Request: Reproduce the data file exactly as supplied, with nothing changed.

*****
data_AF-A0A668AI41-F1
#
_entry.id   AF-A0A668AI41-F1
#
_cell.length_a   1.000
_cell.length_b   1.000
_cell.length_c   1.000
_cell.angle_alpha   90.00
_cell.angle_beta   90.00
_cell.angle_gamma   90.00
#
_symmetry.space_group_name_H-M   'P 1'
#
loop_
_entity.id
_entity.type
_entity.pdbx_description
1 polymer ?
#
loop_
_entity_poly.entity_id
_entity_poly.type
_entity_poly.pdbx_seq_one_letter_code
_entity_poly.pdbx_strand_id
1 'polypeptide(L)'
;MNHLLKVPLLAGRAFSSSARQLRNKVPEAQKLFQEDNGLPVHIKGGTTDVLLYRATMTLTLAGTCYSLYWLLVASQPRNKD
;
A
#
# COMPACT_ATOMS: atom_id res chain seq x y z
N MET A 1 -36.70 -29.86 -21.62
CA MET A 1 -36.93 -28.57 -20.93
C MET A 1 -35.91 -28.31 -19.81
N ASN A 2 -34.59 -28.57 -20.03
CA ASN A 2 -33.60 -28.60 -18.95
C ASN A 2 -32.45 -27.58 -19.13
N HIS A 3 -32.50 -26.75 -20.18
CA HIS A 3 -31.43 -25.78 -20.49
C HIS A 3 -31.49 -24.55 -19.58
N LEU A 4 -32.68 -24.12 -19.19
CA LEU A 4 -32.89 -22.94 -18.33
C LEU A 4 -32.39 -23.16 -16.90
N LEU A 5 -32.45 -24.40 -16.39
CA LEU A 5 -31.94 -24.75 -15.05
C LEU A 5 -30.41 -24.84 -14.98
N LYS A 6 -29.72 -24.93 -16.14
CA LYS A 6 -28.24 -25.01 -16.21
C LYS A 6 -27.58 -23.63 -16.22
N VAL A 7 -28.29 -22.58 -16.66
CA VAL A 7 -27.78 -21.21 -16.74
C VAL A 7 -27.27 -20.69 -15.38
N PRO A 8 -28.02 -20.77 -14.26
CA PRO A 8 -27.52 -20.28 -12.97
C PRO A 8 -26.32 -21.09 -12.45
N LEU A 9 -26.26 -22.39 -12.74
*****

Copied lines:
data_AF-A0A668AI41-F1
#
_entry.id   AF-A0A668AI41-F1
#
_cell.length_a   1.000
_cell.length_b   1.000
_cell.length_c   1.000
_cell.angle_alpha   90.00
_cell.angle_beta   90.00
_cell.angle_gamma   90.00
#
_symmetry.space_group_name_H-M   'P 1'
#
loop_
_entity.id
_entity.type
_entity.pdbx_description
1 polymer ?
#
loop_
_entity_poly.entity_id
_entity_poly.type
_entity_poly.pdbx_seq_one_letter_code
_entity_poly.pdbx_strand_id
1 'polypeptide(L)'
;MNHLLKVPLLAGRAFSSSARQLRNKVPEAQKLFQEDNGLPVHIKGGTTDVLLYRATMTLTLAGTCYSLYWLLVASQPRNKD
;
A
#
# COMPACT_ATOMS: atom_id res chain seq x y z
N MET A 1 -36.70 -29.86 -21.62
CA MET A 1 -36.93 -28.57 -20.93
C MET A 1 -35.91 -28.31 -19.81
N ASN A 2 -34.59 -28.57 -20.03
CA ASN A 2 -33.60 -28.60 -18.95
C ASN A 2 -32.45 -27.58 -19.13
N HIS A 3 -32.50 -26.75 -20.18
CA HIS A 3 -31.43 -25.78 -20.49
C HIS A 3 -31.49 -24.55 -19.58
N LEU A 4 -32.68 -24.12 -19.19
CA LEU A 4 -32.89 -22.94 -18.33
C LEU A 4 -32.39 -23.16 -16.90
N LEU A 5 -32.45 -24.40 -16.39
CA LEU A 5 -31.94 -24.75 -15.05
C LEU A 5 -30.41 -24.84 -14.98
N LYS A 6 -29.72 -24.93 -16.14
CA LYS A 6 -28.24 -25.01 -16.21
C LYS A 6 -27.58 -23.63 -16.22
N VAL A 7 -28.29 -22.58 -16.66
CA VAL A 7 -27.78 -21.21 -16.74
C VAL A 7 -27.27 -20.69 -15.38
N PRO A 8 -28.02 -20.77 -14.26
CA PRO A 8 -27.52 -20.28 -12.97
C PRO A 8 -26.32 -21.09 -12.45
N LEU A 9 -26.26 -22.39 -12.74